2. Derivative

    A security with a price that is dependent upon or derived from ...
  3. Real Estate Investment Trust - ...

    A REIT is a type of security that invests in real estate through ...
  4. Exchange-Traded Fund (ETF)

    A security that tracks an index, a commodity or a basket of assets ...
  5. Profit Margin

    A category of ratios measuring profitability calculated as net ...
  6. Dividend Yield

    A financial ratio that shows how much a company pays out in dividends ...
RELATED FAQS
  1. Where do penny stocks trade?

    Generally, penny stocks are traded through the use of the Over the Counter Bulletin Board (OTCBB) and through pink sheets. ... Read Full Answer >>
  2. Where can I buy penny stocks?

    Some penny stocks, those using the definition of trading for less than $5 per share, are traded on regular exchanges such ... Read Full Answer >>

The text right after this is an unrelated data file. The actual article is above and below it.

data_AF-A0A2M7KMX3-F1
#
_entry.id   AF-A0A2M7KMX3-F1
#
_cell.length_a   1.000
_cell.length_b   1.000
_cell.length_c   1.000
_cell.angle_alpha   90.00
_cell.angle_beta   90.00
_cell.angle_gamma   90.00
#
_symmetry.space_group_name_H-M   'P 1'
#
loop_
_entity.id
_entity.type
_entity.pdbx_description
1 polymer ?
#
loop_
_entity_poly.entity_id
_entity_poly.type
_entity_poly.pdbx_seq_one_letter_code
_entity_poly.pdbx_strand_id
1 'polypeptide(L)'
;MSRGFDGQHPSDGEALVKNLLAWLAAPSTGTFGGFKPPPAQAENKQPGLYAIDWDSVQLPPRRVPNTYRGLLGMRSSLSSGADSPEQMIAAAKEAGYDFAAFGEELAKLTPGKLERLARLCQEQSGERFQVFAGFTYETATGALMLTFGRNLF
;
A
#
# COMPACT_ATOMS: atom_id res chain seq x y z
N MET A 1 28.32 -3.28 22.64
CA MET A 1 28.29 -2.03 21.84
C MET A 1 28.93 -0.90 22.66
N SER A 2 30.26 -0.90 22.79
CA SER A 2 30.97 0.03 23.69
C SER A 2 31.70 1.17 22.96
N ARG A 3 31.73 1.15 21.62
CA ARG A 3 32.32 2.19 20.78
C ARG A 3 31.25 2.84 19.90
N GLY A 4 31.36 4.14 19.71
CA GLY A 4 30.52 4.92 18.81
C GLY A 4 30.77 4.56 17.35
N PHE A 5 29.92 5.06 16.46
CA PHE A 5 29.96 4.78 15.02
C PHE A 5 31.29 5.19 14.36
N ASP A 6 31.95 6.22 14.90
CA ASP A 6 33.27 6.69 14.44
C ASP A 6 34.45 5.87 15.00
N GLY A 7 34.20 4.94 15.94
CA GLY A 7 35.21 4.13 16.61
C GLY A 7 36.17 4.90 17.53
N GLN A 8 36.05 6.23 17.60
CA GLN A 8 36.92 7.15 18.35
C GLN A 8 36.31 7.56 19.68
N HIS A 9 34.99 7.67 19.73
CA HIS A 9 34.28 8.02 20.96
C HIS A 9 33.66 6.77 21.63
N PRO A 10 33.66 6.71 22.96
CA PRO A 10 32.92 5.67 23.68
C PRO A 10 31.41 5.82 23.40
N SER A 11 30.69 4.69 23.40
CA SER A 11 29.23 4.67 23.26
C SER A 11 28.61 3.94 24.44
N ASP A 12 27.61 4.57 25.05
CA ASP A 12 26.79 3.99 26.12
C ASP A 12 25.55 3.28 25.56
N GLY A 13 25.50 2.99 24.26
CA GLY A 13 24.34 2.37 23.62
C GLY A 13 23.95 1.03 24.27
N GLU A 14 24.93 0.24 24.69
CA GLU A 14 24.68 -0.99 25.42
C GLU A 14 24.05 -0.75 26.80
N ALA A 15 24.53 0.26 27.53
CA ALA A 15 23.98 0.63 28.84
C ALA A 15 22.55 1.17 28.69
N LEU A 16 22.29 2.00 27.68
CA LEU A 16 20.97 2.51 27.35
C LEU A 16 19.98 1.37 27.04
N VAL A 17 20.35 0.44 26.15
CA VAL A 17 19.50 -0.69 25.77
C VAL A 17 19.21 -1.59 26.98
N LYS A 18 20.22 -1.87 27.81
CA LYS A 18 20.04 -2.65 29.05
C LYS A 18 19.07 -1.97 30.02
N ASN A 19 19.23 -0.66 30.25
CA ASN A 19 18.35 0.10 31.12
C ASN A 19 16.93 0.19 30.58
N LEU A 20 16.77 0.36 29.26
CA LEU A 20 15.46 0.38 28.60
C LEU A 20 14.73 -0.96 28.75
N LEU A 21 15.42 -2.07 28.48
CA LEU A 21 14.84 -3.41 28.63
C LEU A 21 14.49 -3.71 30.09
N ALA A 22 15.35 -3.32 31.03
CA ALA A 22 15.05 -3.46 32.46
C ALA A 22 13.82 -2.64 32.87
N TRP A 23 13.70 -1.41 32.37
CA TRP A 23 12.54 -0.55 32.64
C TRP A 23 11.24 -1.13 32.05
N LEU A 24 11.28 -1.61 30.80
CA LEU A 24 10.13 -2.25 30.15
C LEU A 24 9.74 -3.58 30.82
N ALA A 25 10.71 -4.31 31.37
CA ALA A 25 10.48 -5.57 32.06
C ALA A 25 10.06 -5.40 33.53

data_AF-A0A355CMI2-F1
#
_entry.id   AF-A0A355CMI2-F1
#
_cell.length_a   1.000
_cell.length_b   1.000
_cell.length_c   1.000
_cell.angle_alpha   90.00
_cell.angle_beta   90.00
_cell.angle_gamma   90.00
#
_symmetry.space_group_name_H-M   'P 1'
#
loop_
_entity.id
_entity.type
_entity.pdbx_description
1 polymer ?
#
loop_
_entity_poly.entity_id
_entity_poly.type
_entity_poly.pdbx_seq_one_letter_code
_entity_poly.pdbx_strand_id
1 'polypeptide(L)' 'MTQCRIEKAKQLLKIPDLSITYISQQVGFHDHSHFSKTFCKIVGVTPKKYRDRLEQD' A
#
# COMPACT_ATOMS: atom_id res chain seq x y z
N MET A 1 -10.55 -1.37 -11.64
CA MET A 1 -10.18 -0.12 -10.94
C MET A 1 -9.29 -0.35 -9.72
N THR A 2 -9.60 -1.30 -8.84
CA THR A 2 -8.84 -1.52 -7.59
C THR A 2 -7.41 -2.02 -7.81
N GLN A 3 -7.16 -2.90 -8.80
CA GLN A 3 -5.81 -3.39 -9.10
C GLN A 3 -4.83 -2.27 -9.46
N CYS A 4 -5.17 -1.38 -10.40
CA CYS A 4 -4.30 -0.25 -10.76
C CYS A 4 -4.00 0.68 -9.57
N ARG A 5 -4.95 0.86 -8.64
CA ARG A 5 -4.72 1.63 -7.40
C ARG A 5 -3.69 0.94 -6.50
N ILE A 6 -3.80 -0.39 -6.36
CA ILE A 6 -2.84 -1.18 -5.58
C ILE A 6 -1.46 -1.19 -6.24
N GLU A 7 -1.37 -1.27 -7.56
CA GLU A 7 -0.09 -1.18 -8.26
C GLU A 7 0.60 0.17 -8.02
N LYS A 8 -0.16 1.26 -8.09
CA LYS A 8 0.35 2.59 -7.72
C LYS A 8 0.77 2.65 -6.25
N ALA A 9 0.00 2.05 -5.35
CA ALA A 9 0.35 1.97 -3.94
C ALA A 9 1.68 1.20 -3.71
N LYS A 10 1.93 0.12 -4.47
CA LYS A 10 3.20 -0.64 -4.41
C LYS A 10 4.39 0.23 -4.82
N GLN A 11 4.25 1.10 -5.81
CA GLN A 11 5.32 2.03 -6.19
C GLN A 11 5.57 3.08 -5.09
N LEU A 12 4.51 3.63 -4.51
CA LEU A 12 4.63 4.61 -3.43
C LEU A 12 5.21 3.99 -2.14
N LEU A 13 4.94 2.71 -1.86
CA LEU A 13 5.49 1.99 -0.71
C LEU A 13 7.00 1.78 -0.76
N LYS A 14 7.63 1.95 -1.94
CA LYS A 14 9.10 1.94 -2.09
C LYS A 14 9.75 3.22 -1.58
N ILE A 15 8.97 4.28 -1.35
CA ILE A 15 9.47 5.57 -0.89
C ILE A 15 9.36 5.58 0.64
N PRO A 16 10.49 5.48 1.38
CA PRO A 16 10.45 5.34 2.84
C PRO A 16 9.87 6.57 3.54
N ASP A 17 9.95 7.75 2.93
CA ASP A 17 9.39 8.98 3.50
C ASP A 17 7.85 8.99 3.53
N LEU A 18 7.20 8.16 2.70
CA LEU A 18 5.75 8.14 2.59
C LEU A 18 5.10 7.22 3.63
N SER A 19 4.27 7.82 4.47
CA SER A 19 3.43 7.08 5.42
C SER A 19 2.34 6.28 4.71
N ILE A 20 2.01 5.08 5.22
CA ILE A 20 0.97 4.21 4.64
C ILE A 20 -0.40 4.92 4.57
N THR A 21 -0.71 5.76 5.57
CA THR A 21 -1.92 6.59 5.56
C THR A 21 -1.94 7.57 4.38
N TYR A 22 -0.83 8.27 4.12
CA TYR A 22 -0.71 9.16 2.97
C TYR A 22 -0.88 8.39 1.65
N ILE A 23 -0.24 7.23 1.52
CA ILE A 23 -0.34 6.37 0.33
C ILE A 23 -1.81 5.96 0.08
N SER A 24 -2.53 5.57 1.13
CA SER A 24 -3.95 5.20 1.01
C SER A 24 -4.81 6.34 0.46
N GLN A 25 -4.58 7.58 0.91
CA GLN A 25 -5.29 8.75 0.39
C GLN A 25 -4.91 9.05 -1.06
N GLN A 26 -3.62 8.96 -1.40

3. What does a high turnover ratio signify for an investment fund?

    If an investment fund has a high turnover ratio, it indicates it replaces most or all of its holdings over a one-year period. ... Read Full Answer >>
  4. Does index trading increase market vulnerability?

    The rise of index trading may increase the overall vulnerability of the stock market due to increased correlations between ... Read Full Answer >>
  5. How are American Depository Receipts (ADRs) priced?

    The price of an American depositary receipt (ADR) is determined by the bank or other financial institution that issues it. ... Read Full Answer >>
  6. What is the difference between passive and active asset management?

    Asset management utilizes two main investment strategies that can be used to generate returns: active asset management and ... Read Full Answer >>

You May Also Like

Trading Center
×

You are using adblocking software

Want access to all of Investopedia? Add us to your “whitelist”
so you'll never miss a feature!